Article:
MLB Admits the Ball is Different This Year, But Some Players Don't Think It is An Accident

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MLB Admits the Ball is Different This Year, But Some Players Don’t Think It is An Accident

Chicago Cubs

As we already knew, the baseball is different once again. As was the case a few years ago, the baseball itself is different this year, and it’s contributing to a significant spike in home runs.

Thankfully, MLB Commissioner Rob Manfred dispensed with any half-hearted denials this time around, and yesterday conceded on ESPN Radio that MLB does believe the unnatural spike in home runs this season is attributable, in part, to the reduced drag with the ball. (It’s actually several additional factors, too, but whatever. We’ll take an admission when we can get it.)

Manfred said MLB will continue to evaluate the manufacturing process to try to get it under better control (presumably for next year).

In the meantime, players are growing increasingly outspoken, and Justin Verlander even went so far as to suggest MLB was intentionally trying to make the baseball livelier:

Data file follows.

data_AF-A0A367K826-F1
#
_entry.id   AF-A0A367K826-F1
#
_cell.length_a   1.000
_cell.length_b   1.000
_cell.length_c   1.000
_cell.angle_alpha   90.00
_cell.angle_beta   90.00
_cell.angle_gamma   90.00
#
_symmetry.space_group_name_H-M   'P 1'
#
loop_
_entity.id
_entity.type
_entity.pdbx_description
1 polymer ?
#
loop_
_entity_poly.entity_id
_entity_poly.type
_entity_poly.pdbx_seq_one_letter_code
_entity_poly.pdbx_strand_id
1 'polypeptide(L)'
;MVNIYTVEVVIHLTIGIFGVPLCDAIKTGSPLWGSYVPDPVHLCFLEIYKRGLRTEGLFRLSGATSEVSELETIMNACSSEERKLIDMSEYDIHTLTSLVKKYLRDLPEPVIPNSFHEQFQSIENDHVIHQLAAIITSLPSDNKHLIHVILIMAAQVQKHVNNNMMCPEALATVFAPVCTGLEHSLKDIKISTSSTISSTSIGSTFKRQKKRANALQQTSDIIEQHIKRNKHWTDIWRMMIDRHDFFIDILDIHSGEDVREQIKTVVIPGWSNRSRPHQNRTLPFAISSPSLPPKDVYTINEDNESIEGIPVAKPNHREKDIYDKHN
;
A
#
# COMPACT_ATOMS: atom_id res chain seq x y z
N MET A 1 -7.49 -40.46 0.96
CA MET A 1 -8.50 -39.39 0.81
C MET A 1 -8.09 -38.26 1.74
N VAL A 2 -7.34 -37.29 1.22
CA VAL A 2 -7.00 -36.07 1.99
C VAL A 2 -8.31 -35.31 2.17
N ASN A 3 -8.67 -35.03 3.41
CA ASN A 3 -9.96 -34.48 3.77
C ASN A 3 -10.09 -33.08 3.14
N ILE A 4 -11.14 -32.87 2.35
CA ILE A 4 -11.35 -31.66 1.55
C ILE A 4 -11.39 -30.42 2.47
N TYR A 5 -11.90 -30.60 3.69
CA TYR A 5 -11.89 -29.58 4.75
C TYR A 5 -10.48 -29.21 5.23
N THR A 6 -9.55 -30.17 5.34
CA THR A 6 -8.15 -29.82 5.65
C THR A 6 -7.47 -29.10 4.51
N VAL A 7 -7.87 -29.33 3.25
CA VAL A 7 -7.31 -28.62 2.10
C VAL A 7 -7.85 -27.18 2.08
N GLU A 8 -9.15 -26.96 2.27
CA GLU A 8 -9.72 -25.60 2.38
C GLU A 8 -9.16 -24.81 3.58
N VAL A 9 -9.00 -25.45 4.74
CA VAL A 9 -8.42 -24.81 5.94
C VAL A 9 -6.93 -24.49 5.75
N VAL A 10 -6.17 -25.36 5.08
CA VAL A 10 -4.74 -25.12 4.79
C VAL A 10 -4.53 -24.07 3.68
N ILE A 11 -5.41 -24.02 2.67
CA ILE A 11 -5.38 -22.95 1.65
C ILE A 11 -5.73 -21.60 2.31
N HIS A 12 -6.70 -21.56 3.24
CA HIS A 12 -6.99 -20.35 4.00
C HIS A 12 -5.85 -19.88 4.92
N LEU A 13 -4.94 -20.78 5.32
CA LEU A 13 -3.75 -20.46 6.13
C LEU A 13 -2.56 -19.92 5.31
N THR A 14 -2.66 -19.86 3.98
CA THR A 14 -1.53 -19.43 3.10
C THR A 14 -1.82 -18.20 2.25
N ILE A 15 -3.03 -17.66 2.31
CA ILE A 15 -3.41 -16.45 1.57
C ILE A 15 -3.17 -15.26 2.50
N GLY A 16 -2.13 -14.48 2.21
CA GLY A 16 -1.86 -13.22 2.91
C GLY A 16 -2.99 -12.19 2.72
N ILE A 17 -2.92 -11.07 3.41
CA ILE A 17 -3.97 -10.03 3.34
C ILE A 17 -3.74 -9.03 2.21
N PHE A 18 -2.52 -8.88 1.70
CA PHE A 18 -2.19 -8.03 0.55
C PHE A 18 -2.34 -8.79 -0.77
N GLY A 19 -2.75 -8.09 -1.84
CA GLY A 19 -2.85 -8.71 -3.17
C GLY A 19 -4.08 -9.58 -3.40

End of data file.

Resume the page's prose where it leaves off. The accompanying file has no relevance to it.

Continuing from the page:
I think you could debate whether MLB would want home run rates spiking to quite this extent, but you cannot deny there was a belief that increasing offense could be good for the sport.

Manfred, for his part, denies the change was intentional:

The question I have is whether increasing home runs is the way you want to go about increasing offense. Some charts from Jared Diamond to consider:

From my perspective, the risk in allowing home run rates to climb TOO much is that the excitement associated with home runs will not only flatline, but might decrease. Fans could go from “woo, another homer!” to “OK, fine, a home run is normal now” to “oh, good God, another homer …. “

Author: Brett Taylor

Brett Taylor is the Editor and Lead Cubs Writer at Bleacher Nation, and you can find him on Twitter at @BleacherNation and @Brett_A_Taylor.